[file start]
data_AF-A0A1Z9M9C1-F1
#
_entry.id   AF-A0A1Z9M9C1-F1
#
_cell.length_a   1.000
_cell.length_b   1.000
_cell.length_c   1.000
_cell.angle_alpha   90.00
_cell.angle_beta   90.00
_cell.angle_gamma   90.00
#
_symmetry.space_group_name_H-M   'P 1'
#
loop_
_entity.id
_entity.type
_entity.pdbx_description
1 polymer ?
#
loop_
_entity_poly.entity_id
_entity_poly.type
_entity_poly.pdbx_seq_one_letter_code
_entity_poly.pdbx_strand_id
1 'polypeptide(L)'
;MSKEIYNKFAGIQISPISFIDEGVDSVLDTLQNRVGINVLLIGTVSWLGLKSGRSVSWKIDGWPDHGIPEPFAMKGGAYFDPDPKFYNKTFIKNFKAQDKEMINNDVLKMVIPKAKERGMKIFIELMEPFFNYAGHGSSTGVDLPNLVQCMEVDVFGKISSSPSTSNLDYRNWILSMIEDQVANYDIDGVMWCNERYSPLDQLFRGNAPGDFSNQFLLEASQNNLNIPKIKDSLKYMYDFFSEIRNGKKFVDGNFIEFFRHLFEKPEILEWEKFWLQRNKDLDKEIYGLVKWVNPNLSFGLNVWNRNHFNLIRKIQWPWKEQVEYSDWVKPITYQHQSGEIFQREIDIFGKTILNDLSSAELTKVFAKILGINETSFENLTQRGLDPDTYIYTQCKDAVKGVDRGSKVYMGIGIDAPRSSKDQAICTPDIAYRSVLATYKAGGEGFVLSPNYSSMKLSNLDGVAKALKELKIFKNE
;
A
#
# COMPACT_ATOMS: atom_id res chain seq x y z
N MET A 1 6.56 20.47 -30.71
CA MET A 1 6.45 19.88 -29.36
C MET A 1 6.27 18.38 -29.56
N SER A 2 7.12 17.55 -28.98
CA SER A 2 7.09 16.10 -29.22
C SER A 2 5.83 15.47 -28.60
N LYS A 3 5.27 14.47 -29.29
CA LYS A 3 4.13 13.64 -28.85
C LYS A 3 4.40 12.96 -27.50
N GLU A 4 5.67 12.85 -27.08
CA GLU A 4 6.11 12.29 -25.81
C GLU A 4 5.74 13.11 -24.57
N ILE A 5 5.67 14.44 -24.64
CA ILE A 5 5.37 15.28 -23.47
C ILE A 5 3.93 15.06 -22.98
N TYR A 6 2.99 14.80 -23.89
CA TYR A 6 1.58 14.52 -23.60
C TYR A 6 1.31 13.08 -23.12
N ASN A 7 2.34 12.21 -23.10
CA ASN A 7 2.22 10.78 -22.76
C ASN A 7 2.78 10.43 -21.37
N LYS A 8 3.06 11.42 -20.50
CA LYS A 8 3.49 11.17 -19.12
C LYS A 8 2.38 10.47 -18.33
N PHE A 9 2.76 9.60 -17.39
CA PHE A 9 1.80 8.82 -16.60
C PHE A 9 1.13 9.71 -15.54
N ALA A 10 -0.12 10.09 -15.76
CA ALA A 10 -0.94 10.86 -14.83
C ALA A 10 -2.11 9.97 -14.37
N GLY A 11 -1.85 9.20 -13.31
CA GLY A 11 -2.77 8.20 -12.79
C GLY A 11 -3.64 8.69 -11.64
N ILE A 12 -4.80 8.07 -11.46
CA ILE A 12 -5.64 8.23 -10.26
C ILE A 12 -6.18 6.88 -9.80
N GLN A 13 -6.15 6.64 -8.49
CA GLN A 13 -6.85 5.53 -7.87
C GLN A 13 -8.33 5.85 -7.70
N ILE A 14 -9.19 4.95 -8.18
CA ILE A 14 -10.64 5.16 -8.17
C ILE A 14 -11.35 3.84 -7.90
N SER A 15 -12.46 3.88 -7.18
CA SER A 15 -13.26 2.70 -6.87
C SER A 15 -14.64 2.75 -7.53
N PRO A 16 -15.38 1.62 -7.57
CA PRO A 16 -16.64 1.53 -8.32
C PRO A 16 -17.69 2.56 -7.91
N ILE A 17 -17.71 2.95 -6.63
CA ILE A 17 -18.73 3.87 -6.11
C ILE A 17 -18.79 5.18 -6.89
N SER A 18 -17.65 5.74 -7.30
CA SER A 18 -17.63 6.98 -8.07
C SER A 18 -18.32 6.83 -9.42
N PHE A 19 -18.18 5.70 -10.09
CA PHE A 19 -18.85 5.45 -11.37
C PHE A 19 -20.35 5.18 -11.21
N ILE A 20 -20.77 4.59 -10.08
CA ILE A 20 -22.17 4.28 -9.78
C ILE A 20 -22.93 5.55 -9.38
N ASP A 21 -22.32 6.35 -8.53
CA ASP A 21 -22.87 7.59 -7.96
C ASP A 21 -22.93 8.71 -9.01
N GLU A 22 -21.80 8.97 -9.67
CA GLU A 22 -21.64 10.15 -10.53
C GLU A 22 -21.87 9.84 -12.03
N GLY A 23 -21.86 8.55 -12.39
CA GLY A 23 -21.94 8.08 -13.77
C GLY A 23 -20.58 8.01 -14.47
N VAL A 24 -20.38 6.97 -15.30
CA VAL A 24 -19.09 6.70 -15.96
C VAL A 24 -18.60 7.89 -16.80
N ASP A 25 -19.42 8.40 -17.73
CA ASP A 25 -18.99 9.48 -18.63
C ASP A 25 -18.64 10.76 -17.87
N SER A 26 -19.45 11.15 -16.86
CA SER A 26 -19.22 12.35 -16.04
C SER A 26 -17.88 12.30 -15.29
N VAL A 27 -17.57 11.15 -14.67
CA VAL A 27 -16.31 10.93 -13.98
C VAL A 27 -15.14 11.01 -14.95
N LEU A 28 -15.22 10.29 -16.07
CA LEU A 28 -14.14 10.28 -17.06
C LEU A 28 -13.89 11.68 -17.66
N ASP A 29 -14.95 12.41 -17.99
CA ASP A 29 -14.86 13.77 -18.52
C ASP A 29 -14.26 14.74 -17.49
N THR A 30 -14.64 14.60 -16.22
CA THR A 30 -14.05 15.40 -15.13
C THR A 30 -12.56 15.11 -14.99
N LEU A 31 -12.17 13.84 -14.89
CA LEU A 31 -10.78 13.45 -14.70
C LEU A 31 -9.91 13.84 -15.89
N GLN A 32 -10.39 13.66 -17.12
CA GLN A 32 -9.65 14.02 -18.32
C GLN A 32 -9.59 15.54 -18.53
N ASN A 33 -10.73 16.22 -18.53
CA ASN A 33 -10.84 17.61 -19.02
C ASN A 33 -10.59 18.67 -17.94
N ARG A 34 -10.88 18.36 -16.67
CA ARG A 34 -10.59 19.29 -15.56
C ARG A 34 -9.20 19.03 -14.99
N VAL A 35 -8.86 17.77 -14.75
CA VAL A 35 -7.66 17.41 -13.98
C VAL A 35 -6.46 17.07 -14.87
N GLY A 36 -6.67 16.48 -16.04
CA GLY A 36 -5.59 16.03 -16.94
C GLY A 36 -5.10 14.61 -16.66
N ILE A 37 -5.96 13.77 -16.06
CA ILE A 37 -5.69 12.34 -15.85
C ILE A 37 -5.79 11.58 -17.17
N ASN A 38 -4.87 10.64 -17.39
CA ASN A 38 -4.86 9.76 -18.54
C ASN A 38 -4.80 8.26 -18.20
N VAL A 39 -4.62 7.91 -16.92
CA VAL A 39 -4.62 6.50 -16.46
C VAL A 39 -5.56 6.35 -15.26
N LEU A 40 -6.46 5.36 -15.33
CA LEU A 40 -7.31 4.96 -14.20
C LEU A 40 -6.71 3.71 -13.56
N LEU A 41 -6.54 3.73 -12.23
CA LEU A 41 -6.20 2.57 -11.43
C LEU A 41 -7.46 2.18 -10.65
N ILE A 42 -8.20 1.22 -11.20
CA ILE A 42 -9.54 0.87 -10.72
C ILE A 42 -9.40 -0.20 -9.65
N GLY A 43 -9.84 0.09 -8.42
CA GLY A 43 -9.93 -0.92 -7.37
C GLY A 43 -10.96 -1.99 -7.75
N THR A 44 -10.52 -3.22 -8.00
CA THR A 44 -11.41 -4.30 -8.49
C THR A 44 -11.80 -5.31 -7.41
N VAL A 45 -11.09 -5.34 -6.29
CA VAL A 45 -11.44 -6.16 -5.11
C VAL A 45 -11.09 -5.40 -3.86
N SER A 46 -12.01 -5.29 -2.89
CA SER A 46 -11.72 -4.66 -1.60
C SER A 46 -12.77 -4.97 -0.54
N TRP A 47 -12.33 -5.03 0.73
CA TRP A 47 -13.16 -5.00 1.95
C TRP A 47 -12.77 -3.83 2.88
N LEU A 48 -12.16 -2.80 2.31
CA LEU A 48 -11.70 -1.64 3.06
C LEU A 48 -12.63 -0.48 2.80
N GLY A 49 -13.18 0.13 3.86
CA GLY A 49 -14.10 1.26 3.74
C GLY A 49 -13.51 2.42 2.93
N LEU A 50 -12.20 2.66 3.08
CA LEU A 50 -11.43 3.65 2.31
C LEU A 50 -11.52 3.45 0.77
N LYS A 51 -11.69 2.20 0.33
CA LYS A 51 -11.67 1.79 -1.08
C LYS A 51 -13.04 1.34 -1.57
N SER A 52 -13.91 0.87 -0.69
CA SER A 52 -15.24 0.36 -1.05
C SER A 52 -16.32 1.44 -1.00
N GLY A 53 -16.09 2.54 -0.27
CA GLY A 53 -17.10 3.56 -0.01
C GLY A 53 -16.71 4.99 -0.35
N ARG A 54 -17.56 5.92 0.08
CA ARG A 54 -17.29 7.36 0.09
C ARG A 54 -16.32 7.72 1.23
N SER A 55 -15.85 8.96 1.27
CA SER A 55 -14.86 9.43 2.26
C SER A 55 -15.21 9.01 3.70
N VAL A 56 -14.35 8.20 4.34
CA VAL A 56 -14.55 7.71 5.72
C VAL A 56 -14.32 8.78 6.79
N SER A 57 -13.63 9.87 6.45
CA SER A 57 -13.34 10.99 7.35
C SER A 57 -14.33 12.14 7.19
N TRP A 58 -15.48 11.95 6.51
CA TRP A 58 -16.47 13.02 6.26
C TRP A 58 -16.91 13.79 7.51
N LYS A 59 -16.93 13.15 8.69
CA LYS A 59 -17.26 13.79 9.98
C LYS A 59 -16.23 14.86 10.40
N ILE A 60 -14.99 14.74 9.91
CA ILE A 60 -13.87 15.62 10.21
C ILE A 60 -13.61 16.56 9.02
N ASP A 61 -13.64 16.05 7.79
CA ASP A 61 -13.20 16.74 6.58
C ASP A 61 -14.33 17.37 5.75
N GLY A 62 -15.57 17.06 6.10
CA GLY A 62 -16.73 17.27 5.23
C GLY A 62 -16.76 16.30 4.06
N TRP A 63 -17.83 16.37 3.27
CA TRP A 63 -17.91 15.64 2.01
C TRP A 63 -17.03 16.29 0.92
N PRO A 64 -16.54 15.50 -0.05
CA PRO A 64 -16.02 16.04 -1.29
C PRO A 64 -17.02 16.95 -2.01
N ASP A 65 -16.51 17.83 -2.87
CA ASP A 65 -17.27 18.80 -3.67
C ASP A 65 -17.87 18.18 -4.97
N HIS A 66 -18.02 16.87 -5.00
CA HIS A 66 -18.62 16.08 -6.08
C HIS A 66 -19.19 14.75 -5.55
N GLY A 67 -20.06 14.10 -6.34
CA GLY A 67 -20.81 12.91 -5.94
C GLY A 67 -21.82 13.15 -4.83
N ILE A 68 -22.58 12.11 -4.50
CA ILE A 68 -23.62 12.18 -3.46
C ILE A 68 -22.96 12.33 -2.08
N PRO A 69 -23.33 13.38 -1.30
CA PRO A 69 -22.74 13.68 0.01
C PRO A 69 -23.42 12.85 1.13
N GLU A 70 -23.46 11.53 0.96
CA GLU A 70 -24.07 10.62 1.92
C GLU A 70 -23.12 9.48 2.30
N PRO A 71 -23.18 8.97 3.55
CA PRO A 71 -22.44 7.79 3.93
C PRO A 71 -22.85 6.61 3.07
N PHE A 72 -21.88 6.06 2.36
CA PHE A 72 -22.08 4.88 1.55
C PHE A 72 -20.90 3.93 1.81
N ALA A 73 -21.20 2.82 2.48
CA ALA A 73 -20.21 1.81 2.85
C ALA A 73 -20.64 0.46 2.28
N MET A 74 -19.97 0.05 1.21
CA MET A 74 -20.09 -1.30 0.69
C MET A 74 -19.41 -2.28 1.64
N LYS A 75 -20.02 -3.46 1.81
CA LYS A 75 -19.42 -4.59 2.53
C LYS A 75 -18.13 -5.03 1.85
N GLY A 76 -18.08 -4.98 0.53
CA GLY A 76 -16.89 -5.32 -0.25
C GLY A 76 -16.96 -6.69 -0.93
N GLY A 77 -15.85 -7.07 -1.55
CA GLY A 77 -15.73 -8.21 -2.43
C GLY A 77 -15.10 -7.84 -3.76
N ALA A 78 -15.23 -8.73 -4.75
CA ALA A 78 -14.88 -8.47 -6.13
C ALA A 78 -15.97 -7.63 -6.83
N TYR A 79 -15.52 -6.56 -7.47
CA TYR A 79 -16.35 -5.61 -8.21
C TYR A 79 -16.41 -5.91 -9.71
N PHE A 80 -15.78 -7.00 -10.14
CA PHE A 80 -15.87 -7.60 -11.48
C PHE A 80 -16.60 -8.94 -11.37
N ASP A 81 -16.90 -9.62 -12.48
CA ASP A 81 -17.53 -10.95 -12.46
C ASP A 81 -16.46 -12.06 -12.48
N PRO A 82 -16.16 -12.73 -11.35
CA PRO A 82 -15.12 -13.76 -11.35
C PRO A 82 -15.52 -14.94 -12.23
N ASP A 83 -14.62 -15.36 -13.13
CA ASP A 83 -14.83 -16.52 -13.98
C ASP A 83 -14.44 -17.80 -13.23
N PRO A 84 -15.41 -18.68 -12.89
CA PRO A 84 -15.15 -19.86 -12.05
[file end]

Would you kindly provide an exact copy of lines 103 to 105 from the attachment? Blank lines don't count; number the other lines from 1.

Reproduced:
N ASP A 25 -19.42 8.40 -17.73
CA ASP A 25 -18.99 9.48 -18.63
C ASP A 25 -18.64 10.76 -17.87